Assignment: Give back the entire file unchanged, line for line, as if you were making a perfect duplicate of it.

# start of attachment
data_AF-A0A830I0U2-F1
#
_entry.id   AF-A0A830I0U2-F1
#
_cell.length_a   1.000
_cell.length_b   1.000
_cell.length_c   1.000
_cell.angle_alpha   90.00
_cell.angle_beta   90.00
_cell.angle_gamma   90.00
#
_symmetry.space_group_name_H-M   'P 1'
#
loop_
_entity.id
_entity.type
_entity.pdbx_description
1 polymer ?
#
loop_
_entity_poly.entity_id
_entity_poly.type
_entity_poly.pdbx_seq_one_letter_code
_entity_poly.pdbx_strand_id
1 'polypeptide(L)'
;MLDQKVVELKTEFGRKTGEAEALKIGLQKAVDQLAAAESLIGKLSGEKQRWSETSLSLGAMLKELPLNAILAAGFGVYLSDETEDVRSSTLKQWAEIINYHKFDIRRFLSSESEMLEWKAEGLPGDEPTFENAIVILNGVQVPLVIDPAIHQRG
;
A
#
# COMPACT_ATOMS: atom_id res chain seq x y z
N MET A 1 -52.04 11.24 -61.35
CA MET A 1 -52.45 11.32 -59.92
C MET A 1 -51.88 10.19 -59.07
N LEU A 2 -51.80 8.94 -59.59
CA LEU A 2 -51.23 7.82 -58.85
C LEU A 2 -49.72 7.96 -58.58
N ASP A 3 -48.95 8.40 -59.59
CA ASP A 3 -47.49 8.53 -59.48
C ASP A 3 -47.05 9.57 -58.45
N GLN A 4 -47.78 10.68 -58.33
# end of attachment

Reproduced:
data_AF-A0A830I0U2-F1
#
_entry.id   AF-A0A830I0U2-F1
#
_cell.length_a   1.000
_cell.length_b   1.000
_cell.length_c   1.000
_cell.angle_alpha   90.00
_cell.angle_beta   90.00
_cell.angle_gamma   90.00
#
_symmetry.space_group_name_H-M   'P 1'
#
loop_
_entity.id
_entity.type
_entity.pdbx_description
1 polymer ?
#
loop_
_entity_poly.entity_id
_entity_poly.type
_entity_poly.pdbx_seq_one_letter_code
_entity_poly.pdbx_strand_id
1 'polypeptide(L)'
;MLDQKVVELKTEFGRKTGEAEALKIGLQKAVDQLAAAESLIGKLSGEKQRWSETSLSLGAMLKELPLNAILAAGFGVYLSDETEDVRSSTLKQWAEIINYHKFDIRRFLSSESEMLEWKAEGLPGDEPTFENAIVILNGVQVPLVIDPAIHQRG
;
A
#
# COMPACT_ATOMS: atom_id res chain seq x y z
N MET A 1 -52.04 11.24 -61.35
CA MET A 1 -52.45 11.32 -59.92
C MET A 1 -51.88 10.19 -59.07
N LEU A 2 -51.80 8.94 -59.59
CA LEU A 2 -51.23 7.82 -58.85
C LEU A 2 -49.72 7.96 -58.58
N ASP A 3 -48.95 8.40 -59.59
CA ASP A 3 -47.49 8.53 -59.48
C ASP A 3 -47.05 9.57 -58.45
N GLN A 4 -47.78 10.68 -58.33